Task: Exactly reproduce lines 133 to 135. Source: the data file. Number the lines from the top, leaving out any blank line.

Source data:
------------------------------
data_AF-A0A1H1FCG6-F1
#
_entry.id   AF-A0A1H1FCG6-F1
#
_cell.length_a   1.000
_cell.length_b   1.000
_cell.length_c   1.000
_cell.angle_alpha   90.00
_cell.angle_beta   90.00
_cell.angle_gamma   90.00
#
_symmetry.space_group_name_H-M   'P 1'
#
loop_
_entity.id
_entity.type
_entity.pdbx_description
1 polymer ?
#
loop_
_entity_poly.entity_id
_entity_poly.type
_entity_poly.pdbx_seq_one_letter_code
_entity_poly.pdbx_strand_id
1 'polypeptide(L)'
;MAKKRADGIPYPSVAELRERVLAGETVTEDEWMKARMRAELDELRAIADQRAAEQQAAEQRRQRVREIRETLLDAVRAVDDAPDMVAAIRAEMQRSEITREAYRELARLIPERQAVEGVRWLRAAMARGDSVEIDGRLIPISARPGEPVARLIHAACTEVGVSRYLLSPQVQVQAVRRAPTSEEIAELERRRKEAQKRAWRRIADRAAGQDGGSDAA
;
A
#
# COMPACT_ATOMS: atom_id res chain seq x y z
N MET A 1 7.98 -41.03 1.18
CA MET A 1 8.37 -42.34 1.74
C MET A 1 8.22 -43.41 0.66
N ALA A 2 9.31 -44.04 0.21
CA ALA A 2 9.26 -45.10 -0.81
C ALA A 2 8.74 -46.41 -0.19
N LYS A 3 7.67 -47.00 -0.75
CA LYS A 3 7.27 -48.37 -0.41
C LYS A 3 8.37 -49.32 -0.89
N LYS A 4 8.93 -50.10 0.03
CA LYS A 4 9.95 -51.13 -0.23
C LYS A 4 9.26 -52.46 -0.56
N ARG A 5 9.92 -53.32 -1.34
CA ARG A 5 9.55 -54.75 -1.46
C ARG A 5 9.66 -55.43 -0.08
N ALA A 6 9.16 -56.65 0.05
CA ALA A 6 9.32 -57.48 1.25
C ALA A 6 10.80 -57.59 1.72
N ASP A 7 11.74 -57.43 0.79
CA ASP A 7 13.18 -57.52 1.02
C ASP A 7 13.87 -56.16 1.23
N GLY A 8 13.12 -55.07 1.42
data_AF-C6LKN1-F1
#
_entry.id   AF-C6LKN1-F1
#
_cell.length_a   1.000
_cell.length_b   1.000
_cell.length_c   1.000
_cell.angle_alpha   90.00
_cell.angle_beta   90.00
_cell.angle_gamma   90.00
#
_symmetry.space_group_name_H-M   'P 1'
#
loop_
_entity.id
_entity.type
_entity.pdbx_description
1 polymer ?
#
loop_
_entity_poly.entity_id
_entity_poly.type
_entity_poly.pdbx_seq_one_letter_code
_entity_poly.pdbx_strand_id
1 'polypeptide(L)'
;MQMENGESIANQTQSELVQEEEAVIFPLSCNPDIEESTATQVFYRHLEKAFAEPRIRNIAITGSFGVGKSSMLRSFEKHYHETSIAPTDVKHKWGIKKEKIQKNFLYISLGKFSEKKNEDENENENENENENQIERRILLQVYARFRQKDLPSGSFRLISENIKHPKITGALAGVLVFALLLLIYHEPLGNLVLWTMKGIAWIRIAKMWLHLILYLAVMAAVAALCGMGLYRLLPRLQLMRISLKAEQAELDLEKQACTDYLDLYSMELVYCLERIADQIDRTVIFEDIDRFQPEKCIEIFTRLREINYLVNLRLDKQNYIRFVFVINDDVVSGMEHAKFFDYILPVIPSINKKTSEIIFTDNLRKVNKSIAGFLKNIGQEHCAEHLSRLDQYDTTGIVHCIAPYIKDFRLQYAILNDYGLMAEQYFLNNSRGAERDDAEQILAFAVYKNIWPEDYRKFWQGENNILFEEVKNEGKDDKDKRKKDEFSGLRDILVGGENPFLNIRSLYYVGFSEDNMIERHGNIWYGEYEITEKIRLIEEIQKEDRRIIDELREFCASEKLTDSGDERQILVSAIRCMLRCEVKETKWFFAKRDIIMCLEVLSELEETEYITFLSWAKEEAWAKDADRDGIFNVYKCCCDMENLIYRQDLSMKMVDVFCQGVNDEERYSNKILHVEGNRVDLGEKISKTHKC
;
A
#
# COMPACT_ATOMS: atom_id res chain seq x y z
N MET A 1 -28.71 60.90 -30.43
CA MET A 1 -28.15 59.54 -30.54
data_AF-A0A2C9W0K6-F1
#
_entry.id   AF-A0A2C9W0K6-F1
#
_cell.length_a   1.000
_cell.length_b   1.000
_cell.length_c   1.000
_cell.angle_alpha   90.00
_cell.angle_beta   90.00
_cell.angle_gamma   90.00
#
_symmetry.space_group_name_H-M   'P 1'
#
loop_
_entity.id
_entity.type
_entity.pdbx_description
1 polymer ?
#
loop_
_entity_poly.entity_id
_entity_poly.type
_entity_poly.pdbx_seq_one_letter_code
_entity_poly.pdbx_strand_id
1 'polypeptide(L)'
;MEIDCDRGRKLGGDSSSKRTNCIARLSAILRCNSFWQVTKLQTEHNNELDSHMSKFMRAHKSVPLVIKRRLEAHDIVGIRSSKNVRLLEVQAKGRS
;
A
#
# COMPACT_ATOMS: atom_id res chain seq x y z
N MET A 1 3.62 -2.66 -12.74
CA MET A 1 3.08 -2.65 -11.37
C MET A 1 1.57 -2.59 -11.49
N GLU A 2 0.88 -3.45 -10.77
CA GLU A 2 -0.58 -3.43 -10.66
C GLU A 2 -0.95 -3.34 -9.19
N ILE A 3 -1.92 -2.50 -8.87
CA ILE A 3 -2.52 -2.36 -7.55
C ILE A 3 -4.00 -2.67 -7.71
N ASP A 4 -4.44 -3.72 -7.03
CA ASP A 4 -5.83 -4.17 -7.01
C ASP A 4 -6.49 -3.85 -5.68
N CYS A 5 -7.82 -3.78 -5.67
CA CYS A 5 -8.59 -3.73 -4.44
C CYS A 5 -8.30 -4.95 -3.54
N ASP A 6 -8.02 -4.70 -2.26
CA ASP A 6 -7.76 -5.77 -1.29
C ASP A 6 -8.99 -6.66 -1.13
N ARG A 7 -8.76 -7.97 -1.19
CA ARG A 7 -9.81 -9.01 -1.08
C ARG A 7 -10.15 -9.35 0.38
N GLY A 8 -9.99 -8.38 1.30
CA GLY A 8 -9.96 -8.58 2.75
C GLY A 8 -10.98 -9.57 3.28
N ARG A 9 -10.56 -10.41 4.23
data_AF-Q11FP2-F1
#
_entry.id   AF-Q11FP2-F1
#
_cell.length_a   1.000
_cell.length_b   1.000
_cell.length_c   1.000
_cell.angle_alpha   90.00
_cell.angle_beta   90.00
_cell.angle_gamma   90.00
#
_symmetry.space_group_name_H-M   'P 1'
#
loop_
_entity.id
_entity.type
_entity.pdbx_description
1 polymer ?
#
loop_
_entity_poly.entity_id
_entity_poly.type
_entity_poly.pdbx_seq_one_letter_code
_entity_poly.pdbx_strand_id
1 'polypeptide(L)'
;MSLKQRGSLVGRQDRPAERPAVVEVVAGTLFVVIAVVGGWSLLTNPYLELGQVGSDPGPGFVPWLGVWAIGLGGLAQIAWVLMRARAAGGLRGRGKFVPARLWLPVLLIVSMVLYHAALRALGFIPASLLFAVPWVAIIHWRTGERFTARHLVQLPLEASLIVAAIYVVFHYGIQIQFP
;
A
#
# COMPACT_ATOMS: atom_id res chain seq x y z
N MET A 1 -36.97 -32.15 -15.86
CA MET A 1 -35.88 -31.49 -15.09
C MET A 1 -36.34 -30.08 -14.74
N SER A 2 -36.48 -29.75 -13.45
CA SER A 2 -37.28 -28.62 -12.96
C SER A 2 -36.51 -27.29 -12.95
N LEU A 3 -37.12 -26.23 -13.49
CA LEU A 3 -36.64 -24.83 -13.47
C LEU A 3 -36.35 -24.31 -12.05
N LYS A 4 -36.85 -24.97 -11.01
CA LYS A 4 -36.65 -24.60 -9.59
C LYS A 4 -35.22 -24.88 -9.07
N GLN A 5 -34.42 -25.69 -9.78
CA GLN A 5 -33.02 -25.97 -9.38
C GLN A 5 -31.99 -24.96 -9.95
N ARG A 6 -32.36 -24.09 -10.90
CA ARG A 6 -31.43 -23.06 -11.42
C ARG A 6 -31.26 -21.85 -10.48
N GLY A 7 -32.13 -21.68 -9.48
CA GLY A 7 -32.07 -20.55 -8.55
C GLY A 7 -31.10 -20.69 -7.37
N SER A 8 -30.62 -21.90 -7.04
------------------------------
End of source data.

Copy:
N ARG A 7 -8.76 -7.97 -1.19
CA ARG A 7 -9.81 -9.01 -1.08
C ARG A 7 -10.15 -9.35 0.38